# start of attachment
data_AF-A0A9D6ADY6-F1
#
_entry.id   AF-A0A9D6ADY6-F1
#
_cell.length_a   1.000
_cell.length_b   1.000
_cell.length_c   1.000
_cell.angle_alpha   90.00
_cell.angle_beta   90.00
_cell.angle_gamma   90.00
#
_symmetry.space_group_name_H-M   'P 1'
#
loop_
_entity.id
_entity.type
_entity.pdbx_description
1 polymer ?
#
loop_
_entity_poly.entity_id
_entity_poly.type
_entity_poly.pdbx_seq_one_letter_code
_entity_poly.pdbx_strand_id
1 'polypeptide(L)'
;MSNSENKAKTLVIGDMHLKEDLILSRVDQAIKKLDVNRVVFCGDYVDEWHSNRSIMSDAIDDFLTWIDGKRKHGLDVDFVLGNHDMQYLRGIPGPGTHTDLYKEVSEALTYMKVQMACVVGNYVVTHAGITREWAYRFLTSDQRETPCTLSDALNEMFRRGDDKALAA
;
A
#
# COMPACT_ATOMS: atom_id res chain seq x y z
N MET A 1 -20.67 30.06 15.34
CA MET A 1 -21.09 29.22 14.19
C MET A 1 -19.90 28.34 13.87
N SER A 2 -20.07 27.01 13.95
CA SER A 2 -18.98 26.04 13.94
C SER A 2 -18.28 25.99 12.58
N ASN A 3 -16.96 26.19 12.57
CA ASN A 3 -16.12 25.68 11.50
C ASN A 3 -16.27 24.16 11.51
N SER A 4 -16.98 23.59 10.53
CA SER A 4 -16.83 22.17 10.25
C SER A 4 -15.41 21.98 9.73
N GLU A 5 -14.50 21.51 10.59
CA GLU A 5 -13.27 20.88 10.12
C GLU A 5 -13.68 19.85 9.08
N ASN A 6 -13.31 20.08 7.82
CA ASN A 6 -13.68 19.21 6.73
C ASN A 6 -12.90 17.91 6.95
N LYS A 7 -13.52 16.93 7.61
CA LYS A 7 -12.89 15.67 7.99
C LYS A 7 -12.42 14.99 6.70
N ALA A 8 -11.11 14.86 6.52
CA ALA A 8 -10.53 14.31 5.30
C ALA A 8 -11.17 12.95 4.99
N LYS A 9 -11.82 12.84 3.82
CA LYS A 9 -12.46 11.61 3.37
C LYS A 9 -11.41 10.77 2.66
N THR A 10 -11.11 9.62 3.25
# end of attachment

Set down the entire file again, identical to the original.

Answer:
data_AF-A0A9D6ADY6-F1
#
_entry.id   AF-A0A9D6ADY6-F1
#
_cell.length_a   1.000
_cell.length_b   1.000
_cell.length_c   1.000
_cell.angle_alpha   90.00
_cell.angle_beta   90.00
_cell.angle_gamma   90.00
#
_symmetry.space_group_name_H-M   'P 1'
#
loop_
_entity.id
_entity.type
_entity.pdbx_description
1 polymer ?
#
loop_
_entity_poly.entity_id
_entity_poly.type
_entity_poly.pdbx_seq_one_letter_code
_entity_poly.pdbx_strand_id
1 'polypeptide(L)'
;MSNSENKAKTLVIGDMHLKEDLILSRVDQAIKKLDVNRVVFCGDYVDEWHSNRSIMSDAIDDFLTWIDGKRKHGLDVDFVLGNHDMQYLRGIPGPGTHTDLYKEVSEALTYMKVQMACVVGNYVVTHAGITREWAYRFLTSDQRETPCTLSDALNEMFRRGDDKALAA
;
A
#
# COMPACT_ATOMS: atom_id res chain seq x y z
N MET A 1 -20.67 30.06 15.34
CA MET A 1 -21.09 29.22 14.19
C MET A 1 -19.90 28.34 13.87
N SER A 2 -20.07 27.01 13.95
CA SER A 2 -18.98 26.04 13.94
C SER A 2 -18.28 25.99 12.58
N ASN A 3 -16.96 26.19 12.57
CA ASN A 3 -16.12 25.68 11.50
C ASN A 3 -16.27 24.16 11.51
N SER A 4 -16.98 23.59 10.53
CA SER A 4 -16.83 22.17 10.25
C SER A 4 -15.41 21.98 9.73
N GLU A 5 -14.50 21.51 10.59
CA GLU A 5 -13.27 20.88 10.12
C GLU A 5 -13.68 19.85 9.08
N ASN A 6 -13.31 20.08 7.82
CA ASN A 6 -13.68 19.21 6.73
C ASN A 6 -12.90 17.91 6.95
N LYS A 7 -13.52 16.93 7.61
CA LYS A 7 -12.89 15.67 7.99
C LYS A 7 -12.42 14.99 6.70
N ALA A 8 -11.11 14.86 6.52
CA ALA A 8 -10.53 14.31 5.30
C ALA A 8 -11.17 12.95 4.99
N LYS A 9 -11.82 12.84 3.82
CA LYS A 9 -12.46 11.61 3.37
C LYS A 9 -11.41 10.77 2.66
N THR A 10 -11.11 9.62 3.25